Monday, November 8, 2010

Oklahoma Sharia Ban Is Temporary Blocked - As CAIR Holds Out Hope To Make Koran Highest Authority In Land

CAIR's founder's wish that the Koran be the highest authority in the land ~ ideology ~ suffered a huge setback with the Oklahoma anti-Islam law vote.

The Saudis must be going mad. CAIR must be pulling their hair out! A ban on Shari'a law ~ would mean ~ no Islamic States of America. People will continue to have equal rights and Muslims will not reign supreme over all others ~ with their Islamic laws.

The outcome of this case will be interesting.

Remember Muslims love to pull the race card when defending / promoting Shari'a. They will attempt to paint anyone a 'racist' who objects to the abolition of hard won rights, via the introduction of Shari'a law.


A federal judge blocked Oklahoma officials Monday from implementing a voter-approved referendum that singles out Islamic religious law, or Sharia, as a threat to the state.

Chief Judge Vicki Miles-LaGrange, of U.S. District Court in Oklahoma City, set a Nov. 22 hearing to consider whether the Save Our State Amendment violates the U.S. Constitution. Until then, she issued a temporary restraining order preventing the state Election Board from certifying State Question 755, which passed by 70% on Nov. 2.

The measure directs state courts to ignore "legal precepts of other nations or cultures," and specifically forbids consideration of "international law or Sharia Law."

A Muslim activist in Oklahoma City, Muneer Awad, filed suit last week, alleging the measure violates the First Amendment, which forbids government from promoting an "establishment of religion" or interfering with "free exercise" of religion.

The measure "would enshrine disapproval of Islam in the state constitution," said Mr. Awad, 27 years old, in an interview. He is executive director of the Oklahoma chapter of the Council on American-Islamic Relations. In addition, he said, the provision could invalidate his will, which refers to Islamic teachings on the distribution of property.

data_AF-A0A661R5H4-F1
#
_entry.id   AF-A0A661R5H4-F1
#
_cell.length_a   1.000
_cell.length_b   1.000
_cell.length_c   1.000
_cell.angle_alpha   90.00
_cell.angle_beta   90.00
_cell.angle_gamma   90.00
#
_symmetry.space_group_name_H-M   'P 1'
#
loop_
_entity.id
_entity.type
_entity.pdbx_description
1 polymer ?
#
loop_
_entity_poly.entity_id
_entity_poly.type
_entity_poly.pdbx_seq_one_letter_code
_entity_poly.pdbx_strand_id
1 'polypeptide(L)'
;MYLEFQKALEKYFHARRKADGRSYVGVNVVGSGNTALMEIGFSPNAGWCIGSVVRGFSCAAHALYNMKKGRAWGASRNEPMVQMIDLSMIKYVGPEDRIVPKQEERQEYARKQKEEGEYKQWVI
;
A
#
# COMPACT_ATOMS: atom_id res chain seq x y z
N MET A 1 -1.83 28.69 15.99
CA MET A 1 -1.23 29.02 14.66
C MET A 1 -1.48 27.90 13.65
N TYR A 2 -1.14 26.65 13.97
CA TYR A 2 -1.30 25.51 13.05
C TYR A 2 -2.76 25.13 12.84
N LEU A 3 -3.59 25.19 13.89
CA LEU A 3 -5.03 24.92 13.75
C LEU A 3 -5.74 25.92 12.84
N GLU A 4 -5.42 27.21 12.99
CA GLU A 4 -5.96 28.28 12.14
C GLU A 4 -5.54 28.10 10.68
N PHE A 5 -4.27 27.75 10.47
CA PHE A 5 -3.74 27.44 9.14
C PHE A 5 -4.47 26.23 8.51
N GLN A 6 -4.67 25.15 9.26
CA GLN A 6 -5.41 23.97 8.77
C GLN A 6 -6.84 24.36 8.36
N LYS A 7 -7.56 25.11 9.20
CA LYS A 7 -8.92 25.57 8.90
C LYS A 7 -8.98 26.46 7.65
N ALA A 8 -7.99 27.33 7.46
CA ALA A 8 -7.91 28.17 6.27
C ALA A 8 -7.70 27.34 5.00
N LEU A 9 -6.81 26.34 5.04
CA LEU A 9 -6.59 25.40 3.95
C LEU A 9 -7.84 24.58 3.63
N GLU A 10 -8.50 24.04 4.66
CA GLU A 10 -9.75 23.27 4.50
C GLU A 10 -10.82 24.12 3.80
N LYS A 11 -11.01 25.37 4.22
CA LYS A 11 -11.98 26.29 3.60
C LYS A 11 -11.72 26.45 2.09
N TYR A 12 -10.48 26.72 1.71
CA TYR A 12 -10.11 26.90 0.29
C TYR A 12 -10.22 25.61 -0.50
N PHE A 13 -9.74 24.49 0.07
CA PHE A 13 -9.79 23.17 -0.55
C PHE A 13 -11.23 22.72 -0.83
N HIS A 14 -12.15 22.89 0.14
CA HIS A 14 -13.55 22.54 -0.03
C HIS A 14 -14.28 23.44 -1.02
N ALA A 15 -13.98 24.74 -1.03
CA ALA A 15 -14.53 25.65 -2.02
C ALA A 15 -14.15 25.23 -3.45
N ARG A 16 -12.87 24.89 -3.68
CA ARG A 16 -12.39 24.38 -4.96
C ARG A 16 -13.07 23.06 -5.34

At Monday's hearing, Judge Miles-LaGrange rejected state arguments that the suit should be dismissed on procedural grounds. A spokeswoman for the state attorney general's office declined to comment.

Although no Oklahoma court is known to have cited Islamic law, the measure's backers say they fear that state judges might someday turn to it.

"The future of our children and grandchildren is at stake," a co-sponsor, Republican state Sen. Anthony Sykes, said in an interview last week.

Mr. Awad, who said he was born in Michigan and attended the University of Georgia law school, called that "ridiculous."

Under the Constitution, "any time a religion prescribes something that conflicts with public policy, our [U.S.] laws prevail," he said. "This applies to Christian and Jewish law as well."

It's unclear how the Save Our State Amendment would alter proceedings in the Oklahoma courts.

Neither the laws of foreign countries nor international law, which concerns dealings among nations, ever have been binding on state or federal courts. The Constitution authorizes the federal government to make treaties, which, like acts of Congress, are the "supreme law of the land," binding state judges and superseding state constitutions.

State and federal judges occasionally cite in their opinions nonbinding materials for context or to illustrate points. References to Shakespeare and Bob Dylan, as well as to the courts of other nations and international courts, have been used in this way.

In a 2005 Supreme Court opinion that concluded it was unconstitutional to execute juvenile offenders, Justice Anthony Kennedy wrote that "the opinion of the world community, while not controlling our outcome, does provide respected and significant confirmation for our own conclusions."

WSJ

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